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Teens are distracted in 6 out of 10 accidents

You're heading to work when a teen driver flies by you in the other direction, staring down at her phone as she drives. You shake your head and keep going. At the next intersection, the car ahead of you doesn't move when the light turns green, the young driver looking back and talking to his friends in the back seat. Then, as you slow to turn into your parking lot, a car full of teens with the music blaring rear-ends you. As you get out of the car, wincing in pain, you notice that the driver of the smoking vehicle behind you is already posting a picture to Instagram.

If that series of events sounds unrealistic, even for reckless teen drivers, you should know that studies have shown that distracted driving among teens is much more widespread than anyone realized.

In the past, the estimates provided by the National Highway Traffic Safety Administration said teens were distracted in roughly 14 percent of accidents. However, a study that used video footage of wrecks, specifically looking at those crucial six seconds leading right up to the accident, says that teens are actually distracted in 58 percent of cases, or roughly 6 out of every 10 accidents.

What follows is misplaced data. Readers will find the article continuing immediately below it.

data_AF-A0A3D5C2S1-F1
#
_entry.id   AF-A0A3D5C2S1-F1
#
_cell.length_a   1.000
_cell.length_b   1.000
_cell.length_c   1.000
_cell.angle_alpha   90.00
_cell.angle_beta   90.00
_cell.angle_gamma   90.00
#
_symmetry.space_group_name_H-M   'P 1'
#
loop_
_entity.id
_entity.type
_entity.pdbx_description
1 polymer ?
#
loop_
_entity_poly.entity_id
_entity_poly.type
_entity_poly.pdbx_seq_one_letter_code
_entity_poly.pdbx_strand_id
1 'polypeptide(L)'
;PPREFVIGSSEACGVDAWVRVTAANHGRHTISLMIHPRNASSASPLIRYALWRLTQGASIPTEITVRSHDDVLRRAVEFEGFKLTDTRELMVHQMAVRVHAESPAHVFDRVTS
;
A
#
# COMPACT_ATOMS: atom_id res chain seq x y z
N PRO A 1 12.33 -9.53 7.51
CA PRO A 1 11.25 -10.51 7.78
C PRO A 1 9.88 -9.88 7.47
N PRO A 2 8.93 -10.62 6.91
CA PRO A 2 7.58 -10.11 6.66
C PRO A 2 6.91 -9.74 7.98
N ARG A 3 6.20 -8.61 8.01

With that in mind, seeing three distracted drivers on the way to work may be far more realistic than you thought.

Wondering what the biggest distractions were? The study by AAA found that they went in this order:

  • 15 percent: Teens were interacting with friends and passengers in the car.
  • 12 percent: Teens were using their cell phones, generally either talking or texting. Other cell phone activities, like surfing the internet, also count.
  • 10 percent: Looking at things inside of the car. This could include looking down at the GPS, for example.
  • 9 percent: Looking at things outside of the car. Billboards, other accidents, and police cars could all be examples.
  • 8 percent: Singing and/or dancing along with the music in the car. Music is an intentional distraction that people use to break up the boredom of driving.
  • 6 percent: Reaching for something in the car. For instance, a teen may have dropped a pair of sunglasses into the space between the seats.
  • 6 percent: Doing personal grooming while driving.

Of course, some of these leave room for a bit of overlap, or they could happen at once. Teens could simultaneously be talking to their friends, listening to music, and trying to pick something up off of the floor of the car, all while driving.

If you have been injured due to a distracted driver's negligence, you may be entitled to significantly more compensation than what is initially offered by the insurance company. To learn more, please see our overview of motor vehicle accidents in Arkansas.

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